LifeSite’s previous (and future) live updates on the coronavirus crisis and how it relates to issues our readers care about can be viewed HERE.
March 27, 2020, 2:26 p.m. EST: During his Urbi et Orbi blessing and speech about the coronavirus, the Vatican reports that Pope Francis said:
“Why are you afraid? Have you no faith?” Lord, you are calling to us, calling us to faith. Which is not so much believing that you exist, but coming to you and trusting in you. This Lent your call reverberates urgently: “Be converted!”, “Return to me with all your heart” (Joel 2:12). You are calling on us to seize this time of trial as a time of choosing. It is not the time of your judgement, but of our judgement: a time to choose what matters and what passes away, a time to separate what is necessary from what is not. It is a time to get our lives back on track with regard to you, Lord, and to others. We can look to so many exemplary companions for the journey, who, even though fearful, have reacted by giving their lives. This is the force of the Spirit poured out and fashioned in courageous and generous self-denial.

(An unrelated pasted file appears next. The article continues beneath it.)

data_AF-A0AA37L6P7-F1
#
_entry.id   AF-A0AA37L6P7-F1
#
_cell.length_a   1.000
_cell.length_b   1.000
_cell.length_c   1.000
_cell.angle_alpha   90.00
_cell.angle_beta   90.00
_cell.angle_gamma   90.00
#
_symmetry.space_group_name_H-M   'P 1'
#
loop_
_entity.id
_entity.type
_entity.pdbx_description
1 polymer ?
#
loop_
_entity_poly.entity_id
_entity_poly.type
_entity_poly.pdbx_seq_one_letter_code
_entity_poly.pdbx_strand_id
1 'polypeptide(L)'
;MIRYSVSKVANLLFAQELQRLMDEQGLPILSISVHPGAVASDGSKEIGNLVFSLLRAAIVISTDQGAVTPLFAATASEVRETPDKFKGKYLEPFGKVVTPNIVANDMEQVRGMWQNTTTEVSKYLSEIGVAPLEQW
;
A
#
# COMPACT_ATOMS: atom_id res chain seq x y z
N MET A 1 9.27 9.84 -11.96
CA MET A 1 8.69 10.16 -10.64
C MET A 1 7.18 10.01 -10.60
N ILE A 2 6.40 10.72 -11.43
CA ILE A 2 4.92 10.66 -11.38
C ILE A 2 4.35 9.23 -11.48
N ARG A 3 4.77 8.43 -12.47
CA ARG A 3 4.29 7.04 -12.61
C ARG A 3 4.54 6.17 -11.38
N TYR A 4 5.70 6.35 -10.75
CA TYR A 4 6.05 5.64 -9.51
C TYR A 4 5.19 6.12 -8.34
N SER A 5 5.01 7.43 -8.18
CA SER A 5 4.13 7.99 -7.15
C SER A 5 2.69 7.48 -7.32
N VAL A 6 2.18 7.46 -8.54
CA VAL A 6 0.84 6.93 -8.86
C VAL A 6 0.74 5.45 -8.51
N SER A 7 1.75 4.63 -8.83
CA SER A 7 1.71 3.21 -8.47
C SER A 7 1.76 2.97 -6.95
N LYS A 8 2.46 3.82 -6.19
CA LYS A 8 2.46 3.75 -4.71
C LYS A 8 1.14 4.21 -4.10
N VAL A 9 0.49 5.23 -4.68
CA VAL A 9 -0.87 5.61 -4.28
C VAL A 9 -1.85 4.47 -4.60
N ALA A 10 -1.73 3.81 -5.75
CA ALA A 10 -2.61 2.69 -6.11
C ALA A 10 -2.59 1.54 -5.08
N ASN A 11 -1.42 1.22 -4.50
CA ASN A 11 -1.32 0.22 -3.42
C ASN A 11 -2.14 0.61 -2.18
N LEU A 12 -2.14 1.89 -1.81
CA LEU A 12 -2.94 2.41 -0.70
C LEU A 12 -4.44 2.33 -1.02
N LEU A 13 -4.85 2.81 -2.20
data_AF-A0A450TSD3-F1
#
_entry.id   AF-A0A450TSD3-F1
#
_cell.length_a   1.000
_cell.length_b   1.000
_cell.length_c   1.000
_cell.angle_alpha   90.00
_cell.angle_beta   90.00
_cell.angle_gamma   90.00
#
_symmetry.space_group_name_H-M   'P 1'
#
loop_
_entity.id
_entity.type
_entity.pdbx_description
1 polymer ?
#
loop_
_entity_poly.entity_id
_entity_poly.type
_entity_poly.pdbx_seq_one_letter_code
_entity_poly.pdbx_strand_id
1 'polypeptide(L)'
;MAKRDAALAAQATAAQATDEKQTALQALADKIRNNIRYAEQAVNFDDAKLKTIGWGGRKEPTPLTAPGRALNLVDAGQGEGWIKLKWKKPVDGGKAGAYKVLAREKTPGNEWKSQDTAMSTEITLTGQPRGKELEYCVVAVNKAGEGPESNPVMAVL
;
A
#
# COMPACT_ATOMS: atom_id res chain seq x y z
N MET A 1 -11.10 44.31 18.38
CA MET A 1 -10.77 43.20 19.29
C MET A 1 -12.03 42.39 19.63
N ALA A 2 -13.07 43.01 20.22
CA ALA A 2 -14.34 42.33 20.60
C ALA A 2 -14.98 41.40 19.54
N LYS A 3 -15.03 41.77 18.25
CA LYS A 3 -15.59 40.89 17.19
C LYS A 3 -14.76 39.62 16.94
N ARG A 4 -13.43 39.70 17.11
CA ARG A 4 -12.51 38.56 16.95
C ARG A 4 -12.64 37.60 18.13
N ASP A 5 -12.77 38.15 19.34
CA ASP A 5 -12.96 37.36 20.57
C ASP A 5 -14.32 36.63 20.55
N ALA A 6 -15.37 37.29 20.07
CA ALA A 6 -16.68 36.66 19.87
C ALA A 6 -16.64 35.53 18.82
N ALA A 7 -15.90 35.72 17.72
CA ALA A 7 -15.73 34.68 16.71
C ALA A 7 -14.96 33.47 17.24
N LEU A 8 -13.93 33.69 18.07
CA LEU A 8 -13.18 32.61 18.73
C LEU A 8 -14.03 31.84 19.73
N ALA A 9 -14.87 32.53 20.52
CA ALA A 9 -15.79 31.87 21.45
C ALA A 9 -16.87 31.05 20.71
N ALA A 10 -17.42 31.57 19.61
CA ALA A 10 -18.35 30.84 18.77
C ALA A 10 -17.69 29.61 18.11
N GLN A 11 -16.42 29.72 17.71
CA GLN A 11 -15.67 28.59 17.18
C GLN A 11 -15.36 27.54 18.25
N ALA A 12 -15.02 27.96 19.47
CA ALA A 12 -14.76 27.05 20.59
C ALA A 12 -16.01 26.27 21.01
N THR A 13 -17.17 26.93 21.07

And the U.S. House of Representatives has passed a massive $2 trillion coronavirus relief bill that, among many other things, provides small businesses and certain non-profits money to fund their payroll during the period of the crisis. It is worded in such a way that Planned Parenthood, America’s largest abortion chain, will not be able to access such funds.
A petition asking World Health Organization Director-General Tedros Adhanom Ghebreyesus to resign over his suspicious ties to Communist China has reached 50,000 signatures.
Reports are surfacing that coronavirus test kits China gave or sold to other countries, such as Spain, are “substandard” and inaccurate.
March 27, 2020, 8:46 a.m. EST: British Prime Minister Boris Johnson has tested positive for the coronavirus.